The sister of Sheku Bayoh describes how the Fife father of two was “killed like an animal” in a documentary.
Kosna Bayoh is seen speaking in front of MPs in the film 1500 And Counting, which will be screened later this year.
She said: “He was pushed, punched, he was kicked, brutally tortured, stamped on, killed like an animal. What was the police thinking at the time?
“Was it because of race? I don’t know.
“Who would want to see their loved one suffer the way Sheku did? That was really disgusting, traumatic and painful.
“We are fighting for justice for Sheku because the way he died was really devastating and sad. We will not rest as a family until we get justice.”
Sierra Leone-born Mr Bayoh, 31, died in Kirkcaldy on May 3 last year after he was restrained by police officers who used CS spray, PAVA spray and batons.
His death is being investigated by the Police Investigations and Review Commissioner.
Journalist Siana Bangura and filmmaker Troy James Aidoo were compelled to make the documentary after learning about the tragedy on Twitter.
A crowdfunding appeal raised more than £6,000 towards production costs.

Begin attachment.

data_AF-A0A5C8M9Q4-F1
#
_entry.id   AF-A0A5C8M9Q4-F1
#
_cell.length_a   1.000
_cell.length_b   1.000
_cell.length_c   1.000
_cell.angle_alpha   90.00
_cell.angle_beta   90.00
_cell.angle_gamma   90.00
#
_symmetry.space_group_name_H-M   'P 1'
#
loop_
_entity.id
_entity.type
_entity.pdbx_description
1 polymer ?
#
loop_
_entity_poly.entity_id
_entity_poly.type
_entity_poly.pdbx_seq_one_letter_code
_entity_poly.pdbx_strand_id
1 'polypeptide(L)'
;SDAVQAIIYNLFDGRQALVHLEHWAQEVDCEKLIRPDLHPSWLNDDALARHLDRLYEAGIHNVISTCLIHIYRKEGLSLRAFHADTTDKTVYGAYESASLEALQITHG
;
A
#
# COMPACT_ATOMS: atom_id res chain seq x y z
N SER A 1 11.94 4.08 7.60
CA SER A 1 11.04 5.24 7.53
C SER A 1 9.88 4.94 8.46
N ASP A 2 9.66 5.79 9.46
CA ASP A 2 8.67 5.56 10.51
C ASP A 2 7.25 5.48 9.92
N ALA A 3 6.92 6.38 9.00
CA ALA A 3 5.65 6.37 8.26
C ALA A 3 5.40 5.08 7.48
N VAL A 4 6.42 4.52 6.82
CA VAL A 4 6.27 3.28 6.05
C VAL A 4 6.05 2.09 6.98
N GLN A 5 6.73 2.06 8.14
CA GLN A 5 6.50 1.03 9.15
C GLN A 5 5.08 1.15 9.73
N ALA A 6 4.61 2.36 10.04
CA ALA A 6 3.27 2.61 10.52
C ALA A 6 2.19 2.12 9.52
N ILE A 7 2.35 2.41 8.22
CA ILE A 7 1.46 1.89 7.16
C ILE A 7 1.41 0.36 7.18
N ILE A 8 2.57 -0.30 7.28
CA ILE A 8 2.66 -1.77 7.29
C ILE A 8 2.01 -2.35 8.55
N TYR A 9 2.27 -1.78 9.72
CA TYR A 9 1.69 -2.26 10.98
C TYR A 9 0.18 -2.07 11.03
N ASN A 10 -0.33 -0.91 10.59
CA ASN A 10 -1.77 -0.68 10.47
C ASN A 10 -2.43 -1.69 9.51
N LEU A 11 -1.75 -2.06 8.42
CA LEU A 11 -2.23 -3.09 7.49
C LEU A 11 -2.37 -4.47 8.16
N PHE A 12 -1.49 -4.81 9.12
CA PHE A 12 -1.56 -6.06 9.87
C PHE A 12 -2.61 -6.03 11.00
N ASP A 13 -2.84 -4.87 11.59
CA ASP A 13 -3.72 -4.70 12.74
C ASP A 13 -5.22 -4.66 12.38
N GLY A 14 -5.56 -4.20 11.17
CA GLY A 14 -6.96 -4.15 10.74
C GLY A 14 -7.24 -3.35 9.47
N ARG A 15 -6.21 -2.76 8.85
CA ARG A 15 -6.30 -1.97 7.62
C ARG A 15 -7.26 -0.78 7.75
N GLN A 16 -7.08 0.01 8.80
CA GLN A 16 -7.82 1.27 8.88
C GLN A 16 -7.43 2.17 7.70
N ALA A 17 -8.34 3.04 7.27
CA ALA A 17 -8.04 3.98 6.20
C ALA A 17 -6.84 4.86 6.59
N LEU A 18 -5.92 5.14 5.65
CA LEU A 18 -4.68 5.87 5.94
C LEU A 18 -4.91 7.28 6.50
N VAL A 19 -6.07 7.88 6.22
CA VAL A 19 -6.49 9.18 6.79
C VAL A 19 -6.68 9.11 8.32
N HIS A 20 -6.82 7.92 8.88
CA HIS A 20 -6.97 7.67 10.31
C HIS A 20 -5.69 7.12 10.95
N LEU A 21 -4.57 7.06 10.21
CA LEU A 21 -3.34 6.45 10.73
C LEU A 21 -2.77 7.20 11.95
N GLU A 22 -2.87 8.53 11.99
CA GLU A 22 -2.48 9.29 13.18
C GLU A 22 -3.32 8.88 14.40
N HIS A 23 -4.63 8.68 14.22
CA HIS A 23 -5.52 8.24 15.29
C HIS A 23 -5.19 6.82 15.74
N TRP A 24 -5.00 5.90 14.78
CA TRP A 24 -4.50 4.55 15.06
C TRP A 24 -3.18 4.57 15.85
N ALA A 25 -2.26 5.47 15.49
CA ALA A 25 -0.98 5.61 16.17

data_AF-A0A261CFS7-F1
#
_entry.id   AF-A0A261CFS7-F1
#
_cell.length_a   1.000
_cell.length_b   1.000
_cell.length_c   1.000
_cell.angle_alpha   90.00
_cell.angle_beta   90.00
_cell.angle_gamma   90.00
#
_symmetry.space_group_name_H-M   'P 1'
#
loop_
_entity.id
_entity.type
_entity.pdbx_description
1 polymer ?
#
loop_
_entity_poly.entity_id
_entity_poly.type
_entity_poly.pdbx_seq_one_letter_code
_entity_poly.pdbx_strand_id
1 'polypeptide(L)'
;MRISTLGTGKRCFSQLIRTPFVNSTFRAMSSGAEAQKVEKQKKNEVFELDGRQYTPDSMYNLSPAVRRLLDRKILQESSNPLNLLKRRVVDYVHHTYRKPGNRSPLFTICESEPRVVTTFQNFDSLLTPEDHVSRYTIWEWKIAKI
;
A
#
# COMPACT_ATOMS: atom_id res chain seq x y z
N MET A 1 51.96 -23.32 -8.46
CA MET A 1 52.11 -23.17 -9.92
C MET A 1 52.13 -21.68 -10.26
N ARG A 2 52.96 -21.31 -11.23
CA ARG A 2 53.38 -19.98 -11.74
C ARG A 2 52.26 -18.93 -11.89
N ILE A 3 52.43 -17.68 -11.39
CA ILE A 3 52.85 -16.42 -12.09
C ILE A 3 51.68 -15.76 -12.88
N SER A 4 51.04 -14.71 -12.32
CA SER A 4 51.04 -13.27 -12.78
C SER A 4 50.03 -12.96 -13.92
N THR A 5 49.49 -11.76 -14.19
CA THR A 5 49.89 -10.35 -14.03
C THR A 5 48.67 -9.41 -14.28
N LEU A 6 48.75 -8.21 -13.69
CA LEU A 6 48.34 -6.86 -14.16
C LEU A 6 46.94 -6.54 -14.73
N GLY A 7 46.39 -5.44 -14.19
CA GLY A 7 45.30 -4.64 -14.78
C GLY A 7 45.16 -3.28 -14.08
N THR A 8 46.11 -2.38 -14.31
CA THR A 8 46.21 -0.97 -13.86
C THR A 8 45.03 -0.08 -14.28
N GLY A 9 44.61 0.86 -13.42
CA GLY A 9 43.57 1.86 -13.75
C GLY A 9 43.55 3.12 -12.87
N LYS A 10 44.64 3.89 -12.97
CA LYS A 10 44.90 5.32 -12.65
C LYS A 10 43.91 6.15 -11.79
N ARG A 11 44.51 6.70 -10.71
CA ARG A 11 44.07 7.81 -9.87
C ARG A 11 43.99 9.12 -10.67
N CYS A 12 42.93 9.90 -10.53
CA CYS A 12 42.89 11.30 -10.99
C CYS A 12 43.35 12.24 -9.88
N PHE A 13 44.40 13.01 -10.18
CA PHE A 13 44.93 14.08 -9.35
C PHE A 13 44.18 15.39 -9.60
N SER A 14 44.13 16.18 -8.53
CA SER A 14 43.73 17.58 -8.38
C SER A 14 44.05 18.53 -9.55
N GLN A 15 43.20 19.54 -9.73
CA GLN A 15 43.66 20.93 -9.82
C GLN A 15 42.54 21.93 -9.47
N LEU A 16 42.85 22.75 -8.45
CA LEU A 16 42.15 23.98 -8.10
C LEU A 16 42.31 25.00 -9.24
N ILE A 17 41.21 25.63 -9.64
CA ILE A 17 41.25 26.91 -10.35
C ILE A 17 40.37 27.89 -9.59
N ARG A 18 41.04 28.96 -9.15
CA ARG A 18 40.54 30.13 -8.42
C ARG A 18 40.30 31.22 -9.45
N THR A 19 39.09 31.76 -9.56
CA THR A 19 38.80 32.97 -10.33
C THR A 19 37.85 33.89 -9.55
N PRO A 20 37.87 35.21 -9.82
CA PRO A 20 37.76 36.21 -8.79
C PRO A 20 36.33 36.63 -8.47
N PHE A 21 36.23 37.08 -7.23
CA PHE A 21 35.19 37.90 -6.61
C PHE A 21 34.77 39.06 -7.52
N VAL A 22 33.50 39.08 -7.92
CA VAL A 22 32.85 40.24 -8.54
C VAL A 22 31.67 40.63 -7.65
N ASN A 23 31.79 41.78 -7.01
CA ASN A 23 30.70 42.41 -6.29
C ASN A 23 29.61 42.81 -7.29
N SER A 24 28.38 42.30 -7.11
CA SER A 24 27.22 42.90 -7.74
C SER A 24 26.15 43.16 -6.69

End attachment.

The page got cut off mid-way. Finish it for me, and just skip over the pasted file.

Ms Bangura said: “The stories surrounding his death were disturbing and upsetting and the silence surrounding his killing really unnerved Troy and I.”
The film focuses on the Bayoh case but also looks at the death of Sarah Reed, who died in England in January.
After it is completed, Ms Bangura said she plans to take the documentary to Westminster.
According to the charity INQUEST, there have been more than 1,500 deaths in police custody in the UK since 1991.
Ms Bangura added: “The process has been interesting. I just mostly feel so sad for Sheku’s family but their unity is really heartening and I desperately hope they get justice soon.
“We wondered why so many British people were outraged by the deaths of African-Americans, using platforms like Twitter and Facebook to react and protest in real time, but were completely silent when faced with the same situation on British soil.
“After much frustration we discovered that, more than anything, people just didn’t know. They did not know or realise that these things happen here too. Sheku’s death is part of a tragic pattern of deaths in or directly following police custody in the UK.”
Assistant Chief Constable Kate Thomson said: “Due to the ongoing independent investigation into the circumstances surrounding Sheku Bayoh’s death currently being carried out by the Police Investigations and Review Commissioner, it remains inappropriate for us to comment at this time.
“Whilst we await the conclusion of the investigation, I wish to offer our continued condolences to Sheku’s family.”
Updates on the film can be found at the website www.1500andcountingfilm.com or on Twitter at @1500AND counting.